Missiles and rockets are devices designed to travel in air or outer space, propelled by the force of expanding gases.

The word missile is a general term for all such devices, especially those designed as weapons. A rocket is a missile that carries its own supply of oxygen or other oxidizing agent, allowing it to operate beyond the earth's atmosphere. (The term rocket is also applied to the engine propelling such a missile. Rocket engines have also been used to power experimental airplanes.) A rocket used to carry a satellite or other object into space is often called a launch vehicle. A missile that obtains its oxygen from the atmosphere is powered by a jet engine and has no special name.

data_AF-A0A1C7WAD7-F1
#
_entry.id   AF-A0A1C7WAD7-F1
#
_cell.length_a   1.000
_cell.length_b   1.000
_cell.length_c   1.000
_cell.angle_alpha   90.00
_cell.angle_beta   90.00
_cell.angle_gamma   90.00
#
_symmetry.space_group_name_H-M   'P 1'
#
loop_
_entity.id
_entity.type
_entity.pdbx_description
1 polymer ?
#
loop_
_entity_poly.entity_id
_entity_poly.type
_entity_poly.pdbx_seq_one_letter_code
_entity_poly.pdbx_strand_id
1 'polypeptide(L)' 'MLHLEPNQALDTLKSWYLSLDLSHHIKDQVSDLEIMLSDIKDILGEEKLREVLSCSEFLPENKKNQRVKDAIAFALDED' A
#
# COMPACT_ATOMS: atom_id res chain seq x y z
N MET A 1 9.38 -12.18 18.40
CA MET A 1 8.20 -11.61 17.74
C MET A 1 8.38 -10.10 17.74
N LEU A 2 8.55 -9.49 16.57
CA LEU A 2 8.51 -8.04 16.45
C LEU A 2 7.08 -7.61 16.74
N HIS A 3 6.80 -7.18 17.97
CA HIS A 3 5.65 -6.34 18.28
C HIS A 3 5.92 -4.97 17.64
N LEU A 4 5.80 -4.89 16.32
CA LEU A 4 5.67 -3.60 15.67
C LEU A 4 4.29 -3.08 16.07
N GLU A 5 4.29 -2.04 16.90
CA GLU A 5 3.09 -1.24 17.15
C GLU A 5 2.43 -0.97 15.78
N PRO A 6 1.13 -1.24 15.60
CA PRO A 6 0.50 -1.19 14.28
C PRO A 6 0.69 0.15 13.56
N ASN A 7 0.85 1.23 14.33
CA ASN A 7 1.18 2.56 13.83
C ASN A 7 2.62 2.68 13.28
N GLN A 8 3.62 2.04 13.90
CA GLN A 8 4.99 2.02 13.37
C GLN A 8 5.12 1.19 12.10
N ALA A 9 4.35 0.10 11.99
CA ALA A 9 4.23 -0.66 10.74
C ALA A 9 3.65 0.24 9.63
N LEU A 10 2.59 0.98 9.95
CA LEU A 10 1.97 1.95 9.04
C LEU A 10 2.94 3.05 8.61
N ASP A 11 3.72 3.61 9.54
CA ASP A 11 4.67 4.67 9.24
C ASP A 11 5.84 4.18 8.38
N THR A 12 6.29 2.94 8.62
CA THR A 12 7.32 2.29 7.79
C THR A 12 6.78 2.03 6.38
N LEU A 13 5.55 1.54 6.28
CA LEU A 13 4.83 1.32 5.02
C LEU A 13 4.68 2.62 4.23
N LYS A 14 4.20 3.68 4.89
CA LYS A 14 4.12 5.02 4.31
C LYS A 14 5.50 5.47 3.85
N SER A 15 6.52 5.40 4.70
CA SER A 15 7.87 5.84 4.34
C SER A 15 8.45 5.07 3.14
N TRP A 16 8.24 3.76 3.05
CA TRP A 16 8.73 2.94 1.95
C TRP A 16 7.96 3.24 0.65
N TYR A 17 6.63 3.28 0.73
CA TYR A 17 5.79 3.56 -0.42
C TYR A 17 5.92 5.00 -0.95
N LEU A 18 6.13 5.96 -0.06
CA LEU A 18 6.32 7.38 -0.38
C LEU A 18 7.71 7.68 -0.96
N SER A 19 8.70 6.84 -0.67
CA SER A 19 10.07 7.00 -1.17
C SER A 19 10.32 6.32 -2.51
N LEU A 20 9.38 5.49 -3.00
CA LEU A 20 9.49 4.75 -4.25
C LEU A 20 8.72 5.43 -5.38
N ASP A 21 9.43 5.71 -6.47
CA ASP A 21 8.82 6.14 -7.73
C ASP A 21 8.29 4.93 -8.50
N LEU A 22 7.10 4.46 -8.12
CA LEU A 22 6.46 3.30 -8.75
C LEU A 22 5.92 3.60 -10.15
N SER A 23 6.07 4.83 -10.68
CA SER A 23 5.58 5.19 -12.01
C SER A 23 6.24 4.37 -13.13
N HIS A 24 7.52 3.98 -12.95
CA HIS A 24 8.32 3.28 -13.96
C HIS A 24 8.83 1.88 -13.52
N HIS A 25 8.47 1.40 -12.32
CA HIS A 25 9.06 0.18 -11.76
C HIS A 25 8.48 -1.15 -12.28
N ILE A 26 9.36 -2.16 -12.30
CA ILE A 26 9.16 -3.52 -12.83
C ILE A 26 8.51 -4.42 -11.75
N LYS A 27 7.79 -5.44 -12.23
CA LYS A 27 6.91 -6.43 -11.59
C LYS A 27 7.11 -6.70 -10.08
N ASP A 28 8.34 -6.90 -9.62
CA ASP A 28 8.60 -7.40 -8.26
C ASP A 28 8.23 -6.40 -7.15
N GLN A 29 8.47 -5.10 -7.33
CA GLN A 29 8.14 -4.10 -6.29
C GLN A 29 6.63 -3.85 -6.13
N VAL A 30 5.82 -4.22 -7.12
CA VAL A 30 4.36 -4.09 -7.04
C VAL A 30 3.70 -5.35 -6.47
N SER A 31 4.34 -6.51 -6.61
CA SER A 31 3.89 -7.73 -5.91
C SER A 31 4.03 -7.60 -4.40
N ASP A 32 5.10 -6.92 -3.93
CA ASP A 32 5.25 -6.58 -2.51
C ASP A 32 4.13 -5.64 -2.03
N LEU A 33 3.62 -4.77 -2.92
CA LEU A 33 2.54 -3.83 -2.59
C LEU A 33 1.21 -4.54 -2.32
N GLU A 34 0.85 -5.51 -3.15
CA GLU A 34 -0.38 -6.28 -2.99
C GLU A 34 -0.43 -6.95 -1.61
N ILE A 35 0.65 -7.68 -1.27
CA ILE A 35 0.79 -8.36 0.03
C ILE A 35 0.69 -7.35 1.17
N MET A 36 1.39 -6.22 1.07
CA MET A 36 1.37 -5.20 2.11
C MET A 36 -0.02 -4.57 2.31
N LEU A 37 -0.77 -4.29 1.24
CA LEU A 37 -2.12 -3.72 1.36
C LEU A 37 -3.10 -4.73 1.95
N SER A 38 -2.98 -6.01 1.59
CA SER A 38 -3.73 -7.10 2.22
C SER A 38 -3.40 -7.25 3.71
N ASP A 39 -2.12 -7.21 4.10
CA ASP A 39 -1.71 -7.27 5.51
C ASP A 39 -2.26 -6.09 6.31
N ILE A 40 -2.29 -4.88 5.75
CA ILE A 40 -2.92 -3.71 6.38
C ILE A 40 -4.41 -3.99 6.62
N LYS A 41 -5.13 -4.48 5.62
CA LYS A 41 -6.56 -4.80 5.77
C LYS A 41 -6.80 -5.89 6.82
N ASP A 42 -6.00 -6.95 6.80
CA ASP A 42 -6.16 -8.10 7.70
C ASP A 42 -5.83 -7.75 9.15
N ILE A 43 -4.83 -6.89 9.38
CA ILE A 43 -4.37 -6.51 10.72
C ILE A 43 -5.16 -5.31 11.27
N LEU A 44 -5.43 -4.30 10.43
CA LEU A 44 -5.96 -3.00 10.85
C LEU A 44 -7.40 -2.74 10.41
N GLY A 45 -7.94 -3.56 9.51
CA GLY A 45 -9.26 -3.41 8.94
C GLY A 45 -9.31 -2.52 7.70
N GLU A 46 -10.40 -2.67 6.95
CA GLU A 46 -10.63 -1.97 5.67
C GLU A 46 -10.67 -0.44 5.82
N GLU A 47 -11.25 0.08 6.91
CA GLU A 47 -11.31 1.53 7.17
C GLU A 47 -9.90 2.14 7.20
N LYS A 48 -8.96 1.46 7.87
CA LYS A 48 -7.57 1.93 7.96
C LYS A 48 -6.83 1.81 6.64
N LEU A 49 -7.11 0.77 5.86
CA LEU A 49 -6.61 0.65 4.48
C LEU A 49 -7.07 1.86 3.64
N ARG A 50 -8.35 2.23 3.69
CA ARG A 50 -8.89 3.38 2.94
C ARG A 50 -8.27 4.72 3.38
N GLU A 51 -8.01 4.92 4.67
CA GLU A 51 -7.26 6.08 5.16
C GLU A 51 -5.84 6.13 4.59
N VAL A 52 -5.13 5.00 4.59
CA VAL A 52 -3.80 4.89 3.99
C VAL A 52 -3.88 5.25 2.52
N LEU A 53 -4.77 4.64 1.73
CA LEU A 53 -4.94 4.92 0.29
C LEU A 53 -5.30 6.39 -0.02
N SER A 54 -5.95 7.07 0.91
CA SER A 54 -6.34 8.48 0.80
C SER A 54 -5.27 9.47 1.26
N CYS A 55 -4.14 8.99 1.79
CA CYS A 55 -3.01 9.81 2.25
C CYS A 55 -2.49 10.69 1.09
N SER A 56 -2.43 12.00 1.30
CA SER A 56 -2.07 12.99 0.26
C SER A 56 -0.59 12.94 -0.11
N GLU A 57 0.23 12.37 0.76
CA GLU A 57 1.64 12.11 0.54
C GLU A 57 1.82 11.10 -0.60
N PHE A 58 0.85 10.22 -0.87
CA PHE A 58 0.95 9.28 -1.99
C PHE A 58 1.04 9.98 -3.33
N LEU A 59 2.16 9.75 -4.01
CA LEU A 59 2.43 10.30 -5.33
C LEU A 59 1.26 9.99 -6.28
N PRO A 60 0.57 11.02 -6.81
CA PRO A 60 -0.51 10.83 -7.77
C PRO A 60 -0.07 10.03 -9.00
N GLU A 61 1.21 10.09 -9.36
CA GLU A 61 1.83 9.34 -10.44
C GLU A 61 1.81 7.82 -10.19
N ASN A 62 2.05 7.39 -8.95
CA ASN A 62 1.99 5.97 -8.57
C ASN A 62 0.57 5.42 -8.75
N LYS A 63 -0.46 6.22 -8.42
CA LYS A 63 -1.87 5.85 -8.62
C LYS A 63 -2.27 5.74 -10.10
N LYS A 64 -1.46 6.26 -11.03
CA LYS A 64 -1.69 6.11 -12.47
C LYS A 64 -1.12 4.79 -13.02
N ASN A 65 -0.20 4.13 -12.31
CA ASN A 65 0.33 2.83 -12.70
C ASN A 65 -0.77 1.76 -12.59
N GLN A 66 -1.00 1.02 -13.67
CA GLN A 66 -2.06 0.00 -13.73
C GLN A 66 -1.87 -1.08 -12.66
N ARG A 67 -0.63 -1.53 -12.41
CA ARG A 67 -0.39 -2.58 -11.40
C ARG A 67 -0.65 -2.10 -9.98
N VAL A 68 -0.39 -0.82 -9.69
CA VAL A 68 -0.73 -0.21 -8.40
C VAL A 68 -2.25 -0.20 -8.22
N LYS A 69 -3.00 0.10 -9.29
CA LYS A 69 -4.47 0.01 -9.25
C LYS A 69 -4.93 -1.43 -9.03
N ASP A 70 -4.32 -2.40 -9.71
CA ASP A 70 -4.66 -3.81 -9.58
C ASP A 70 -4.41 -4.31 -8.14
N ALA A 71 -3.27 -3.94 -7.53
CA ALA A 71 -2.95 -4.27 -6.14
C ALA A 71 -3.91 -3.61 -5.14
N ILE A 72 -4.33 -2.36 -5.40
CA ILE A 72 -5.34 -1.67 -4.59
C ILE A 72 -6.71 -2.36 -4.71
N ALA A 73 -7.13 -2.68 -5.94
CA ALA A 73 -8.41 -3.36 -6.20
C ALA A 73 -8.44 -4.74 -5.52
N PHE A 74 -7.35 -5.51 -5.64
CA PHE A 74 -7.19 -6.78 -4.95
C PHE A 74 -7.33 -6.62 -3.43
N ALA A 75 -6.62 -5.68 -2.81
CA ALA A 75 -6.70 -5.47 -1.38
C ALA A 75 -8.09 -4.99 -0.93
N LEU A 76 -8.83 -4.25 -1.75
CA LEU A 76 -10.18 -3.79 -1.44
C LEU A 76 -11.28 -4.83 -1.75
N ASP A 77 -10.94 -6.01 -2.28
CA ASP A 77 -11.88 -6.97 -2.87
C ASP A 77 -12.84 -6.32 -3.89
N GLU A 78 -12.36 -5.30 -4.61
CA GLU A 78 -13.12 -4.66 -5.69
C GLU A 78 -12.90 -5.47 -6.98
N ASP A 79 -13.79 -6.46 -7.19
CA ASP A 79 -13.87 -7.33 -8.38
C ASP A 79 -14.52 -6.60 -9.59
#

A true missile is not supported in flight by wings, although it may have winglike fins to guide or stabilize it. Pilotless jet- or rocket-powered craft that have supporting wings are actually airplanes, though they are often called missiles.

A true missile, like a bullet or artillery shell, stays aloft only because of its momentum (movement). It differs from a bullet or shell in that it is self-propelled during at least part of its flight. However, once the engine ceases to operate (which happens in most cases a few minutes after launching), a missile behaves in exactly the same way as an artillery shell. (Some missiles, however, have supplementary engines that can be turned on to make course corrections.)